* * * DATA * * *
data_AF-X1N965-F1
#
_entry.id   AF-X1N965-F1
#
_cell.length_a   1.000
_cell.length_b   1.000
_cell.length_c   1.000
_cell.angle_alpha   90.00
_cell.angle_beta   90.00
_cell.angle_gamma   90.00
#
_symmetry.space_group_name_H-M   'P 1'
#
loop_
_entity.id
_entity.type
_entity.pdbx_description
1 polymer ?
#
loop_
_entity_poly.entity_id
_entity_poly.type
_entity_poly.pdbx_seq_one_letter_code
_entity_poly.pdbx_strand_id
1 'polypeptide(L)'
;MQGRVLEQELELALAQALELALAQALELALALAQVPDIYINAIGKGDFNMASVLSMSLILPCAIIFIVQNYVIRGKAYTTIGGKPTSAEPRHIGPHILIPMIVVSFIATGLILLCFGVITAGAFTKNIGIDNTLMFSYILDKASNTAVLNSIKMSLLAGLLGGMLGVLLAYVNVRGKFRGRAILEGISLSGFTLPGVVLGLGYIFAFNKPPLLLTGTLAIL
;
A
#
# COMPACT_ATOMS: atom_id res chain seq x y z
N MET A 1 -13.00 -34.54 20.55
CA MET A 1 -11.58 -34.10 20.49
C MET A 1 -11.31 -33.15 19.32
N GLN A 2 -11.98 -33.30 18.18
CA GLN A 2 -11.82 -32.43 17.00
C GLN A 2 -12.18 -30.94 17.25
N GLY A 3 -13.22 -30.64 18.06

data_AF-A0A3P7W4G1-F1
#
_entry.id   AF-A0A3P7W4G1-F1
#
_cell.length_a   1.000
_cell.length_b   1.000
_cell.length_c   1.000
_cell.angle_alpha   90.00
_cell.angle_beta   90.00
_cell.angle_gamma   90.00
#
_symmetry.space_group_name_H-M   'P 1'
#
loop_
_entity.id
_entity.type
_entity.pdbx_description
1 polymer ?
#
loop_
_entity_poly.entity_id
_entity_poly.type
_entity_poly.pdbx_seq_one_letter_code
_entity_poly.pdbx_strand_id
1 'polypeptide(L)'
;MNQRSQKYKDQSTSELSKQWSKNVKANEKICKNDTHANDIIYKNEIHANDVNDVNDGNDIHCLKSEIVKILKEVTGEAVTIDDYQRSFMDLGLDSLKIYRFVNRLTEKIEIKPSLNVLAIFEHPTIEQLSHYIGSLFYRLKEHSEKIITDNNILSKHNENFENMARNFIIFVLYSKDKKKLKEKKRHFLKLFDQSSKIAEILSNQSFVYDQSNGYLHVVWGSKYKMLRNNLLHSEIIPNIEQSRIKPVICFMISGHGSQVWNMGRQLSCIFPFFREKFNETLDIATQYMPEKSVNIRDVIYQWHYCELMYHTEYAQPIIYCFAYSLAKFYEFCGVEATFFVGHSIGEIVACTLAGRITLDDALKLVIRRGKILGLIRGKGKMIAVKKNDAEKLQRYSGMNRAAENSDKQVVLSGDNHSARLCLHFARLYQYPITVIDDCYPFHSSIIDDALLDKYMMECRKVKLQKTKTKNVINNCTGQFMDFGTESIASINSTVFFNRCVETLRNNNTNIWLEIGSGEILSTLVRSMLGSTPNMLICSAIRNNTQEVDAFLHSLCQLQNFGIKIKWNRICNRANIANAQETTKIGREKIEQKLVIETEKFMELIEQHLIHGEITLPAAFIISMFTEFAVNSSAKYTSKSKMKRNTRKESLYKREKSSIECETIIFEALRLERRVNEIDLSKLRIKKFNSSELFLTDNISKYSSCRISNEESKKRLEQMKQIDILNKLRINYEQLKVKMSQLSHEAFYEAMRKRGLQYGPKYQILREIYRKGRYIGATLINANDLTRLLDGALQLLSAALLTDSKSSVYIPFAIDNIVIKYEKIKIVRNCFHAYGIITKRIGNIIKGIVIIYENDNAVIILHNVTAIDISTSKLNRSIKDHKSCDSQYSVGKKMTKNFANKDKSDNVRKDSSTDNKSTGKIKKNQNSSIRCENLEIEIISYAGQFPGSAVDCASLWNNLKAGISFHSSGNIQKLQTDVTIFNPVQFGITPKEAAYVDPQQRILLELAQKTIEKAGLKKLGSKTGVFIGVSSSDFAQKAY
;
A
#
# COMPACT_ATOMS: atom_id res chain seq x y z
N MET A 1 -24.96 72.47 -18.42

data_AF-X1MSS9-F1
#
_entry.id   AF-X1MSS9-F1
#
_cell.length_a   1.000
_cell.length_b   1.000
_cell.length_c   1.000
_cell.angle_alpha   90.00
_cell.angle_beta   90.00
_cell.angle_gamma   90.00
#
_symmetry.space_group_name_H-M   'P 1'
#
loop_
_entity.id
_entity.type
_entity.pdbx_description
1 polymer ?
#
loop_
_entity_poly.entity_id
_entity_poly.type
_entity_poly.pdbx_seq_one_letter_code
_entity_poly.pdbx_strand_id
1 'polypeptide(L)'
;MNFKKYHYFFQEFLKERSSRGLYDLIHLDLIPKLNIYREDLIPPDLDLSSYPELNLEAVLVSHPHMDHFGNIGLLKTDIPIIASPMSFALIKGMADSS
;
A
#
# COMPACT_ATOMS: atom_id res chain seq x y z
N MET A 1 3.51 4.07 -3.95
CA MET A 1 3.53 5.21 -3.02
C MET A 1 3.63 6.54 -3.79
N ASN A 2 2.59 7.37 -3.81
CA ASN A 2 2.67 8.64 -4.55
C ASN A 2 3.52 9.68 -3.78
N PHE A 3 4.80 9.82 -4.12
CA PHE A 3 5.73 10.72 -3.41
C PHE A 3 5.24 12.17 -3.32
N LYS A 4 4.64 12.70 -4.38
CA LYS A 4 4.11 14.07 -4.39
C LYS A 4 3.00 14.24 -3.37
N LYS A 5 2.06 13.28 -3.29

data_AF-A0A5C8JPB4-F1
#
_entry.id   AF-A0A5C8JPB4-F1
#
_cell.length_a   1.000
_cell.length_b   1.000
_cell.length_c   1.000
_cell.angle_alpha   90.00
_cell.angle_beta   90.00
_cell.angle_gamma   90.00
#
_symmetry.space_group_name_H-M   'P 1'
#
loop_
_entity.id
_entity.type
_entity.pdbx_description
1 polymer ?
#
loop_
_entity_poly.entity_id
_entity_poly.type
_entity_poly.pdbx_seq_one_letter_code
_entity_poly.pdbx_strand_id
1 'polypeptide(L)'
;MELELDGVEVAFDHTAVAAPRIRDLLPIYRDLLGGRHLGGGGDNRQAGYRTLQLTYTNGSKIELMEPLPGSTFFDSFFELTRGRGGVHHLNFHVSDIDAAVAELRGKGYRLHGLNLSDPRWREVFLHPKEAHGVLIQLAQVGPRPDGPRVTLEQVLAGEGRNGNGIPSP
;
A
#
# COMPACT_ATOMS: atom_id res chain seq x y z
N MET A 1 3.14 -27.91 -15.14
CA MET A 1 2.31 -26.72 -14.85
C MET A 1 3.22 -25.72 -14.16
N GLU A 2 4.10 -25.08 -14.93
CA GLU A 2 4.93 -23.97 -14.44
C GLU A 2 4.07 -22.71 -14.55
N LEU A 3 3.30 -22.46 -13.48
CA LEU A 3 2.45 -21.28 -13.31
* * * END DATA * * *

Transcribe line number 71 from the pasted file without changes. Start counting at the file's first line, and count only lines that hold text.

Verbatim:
_entry.id   AF-X1MSS9-F1